The bookies opened markets on the next Conservative leader and by 3am Boris Johnson was the favourite at 2/1, Philip Hammond joint second with David Davis at 7/1 and Jeremy Hunt priced at 12/1.
If she does manage to stay on as Prime Minister, she faces being severely weakened going into Brexit talks with EU chiefs, and could be held hostage by the right wing of her party.
Critics were predicting Mrs May could fail her own test after early results went against her.
After the exit poll was announced, the odds on Boris Johnson becoming the next Prime Minister shortened.
Several of her ministers were expected to lose their seats. One of her manifesto authors, Ben Gummer lost his seat to Labour's Sandy Martin in Ipswich.
Treasury minister Jane Ellison was the first casualty – losing Battersea in South London in a disastrous night for the party in the capital.
Senior figures such as David Cameron's former No 10 spin doctor Sir Craig Oliver openly speculated about Mrs May's future.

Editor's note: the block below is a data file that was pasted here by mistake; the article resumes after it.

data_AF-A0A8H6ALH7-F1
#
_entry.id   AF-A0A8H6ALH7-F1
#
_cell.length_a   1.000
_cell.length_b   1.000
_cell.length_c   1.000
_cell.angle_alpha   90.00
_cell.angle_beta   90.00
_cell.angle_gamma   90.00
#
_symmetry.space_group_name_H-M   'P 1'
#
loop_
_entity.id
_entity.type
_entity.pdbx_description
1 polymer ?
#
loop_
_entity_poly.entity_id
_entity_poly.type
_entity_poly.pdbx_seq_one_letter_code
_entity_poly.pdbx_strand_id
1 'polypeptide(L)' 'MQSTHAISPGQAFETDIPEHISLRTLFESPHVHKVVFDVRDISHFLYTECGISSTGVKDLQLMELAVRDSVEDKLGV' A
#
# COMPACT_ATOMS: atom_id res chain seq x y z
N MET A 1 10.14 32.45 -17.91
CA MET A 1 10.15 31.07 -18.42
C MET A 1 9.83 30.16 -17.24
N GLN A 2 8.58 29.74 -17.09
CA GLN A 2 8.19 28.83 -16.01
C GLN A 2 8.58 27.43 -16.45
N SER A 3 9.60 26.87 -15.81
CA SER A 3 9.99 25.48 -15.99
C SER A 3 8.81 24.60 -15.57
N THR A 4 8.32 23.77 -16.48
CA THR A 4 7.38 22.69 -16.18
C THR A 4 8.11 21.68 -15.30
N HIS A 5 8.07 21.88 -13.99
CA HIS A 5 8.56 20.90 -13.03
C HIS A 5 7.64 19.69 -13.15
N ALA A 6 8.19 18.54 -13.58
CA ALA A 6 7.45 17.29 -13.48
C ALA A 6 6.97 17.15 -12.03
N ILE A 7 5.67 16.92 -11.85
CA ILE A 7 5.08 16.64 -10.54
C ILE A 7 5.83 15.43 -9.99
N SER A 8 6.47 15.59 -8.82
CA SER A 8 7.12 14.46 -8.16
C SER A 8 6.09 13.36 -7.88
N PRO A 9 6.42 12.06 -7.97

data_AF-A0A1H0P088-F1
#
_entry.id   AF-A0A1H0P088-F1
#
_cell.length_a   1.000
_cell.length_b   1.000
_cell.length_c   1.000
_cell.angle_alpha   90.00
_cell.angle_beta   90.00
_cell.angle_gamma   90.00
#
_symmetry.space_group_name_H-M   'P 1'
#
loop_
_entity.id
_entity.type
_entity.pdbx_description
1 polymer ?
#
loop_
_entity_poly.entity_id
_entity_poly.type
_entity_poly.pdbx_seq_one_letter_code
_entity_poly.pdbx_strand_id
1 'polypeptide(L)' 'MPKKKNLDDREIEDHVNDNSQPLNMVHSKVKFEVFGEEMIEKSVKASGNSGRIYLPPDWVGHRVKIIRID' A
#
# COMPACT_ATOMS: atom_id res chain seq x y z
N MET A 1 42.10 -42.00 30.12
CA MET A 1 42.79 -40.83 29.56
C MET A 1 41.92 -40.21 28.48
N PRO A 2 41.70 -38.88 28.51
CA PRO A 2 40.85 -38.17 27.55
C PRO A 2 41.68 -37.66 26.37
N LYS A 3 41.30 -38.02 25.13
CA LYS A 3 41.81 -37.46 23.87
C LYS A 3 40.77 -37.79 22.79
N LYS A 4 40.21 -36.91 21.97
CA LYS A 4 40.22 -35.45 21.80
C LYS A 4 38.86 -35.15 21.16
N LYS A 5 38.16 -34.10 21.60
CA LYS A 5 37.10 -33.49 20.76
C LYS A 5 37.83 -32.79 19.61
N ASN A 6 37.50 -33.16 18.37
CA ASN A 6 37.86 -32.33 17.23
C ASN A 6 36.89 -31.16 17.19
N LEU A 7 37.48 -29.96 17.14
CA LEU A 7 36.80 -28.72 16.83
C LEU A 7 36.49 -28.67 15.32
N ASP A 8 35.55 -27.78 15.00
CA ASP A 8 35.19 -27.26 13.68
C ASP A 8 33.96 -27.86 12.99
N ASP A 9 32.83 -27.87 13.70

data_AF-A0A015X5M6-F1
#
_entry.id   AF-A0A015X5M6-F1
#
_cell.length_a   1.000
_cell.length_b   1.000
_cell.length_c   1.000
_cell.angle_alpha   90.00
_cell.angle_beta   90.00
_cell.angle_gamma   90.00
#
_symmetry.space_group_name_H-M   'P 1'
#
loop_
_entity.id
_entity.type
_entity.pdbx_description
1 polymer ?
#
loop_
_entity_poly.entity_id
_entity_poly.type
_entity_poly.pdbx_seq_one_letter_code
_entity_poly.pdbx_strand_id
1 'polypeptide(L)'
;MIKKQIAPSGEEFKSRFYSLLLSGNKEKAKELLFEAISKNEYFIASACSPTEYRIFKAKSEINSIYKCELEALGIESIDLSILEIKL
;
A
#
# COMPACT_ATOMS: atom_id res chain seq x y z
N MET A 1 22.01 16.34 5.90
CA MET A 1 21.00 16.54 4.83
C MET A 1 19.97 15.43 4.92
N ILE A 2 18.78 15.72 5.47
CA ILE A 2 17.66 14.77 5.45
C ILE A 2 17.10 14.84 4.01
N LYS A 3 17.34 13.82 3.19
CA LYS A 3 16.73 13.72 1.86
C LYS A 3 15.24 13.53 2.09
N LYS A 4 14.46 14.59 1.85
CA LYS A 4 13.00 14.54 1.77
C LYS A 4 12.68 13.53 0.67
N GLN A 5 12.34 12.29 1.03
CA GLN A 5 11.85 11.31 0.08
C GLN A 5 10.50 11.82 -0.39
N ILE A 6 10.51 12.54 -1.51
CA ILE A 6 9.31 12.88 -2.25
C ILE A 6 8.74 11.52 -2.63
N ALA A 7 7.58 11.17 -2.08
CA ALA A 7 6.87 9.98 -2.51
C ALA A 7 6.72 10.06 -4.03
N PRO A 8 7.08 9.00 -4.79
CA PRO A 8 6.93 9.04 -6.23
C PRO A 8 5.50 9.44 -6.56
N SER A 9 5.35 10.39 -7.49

Attempting to rally support for Mrs May, David Gauke, chief secretary to the Treasury, told Sky News that Tory MPs had a 'responsibility to continue to support her'.
'With all caveats repeated, I think Theresa May continues to be the dominant figure within the Conservative Party. She won the leadership with a massive majority with MPs.
But International Trade Secretary Dr Liam Fox appeared to raise doubts about her future. Asked to guarantee she will not have to resign, he said: 'It's very early in the evening and we'll have to wait and see'.
Mrs May faces a brutal post-mortem into a disastrous campaign which began with the Conservatives boasting double digit poll leads and Mrs May sky-high personal ratings.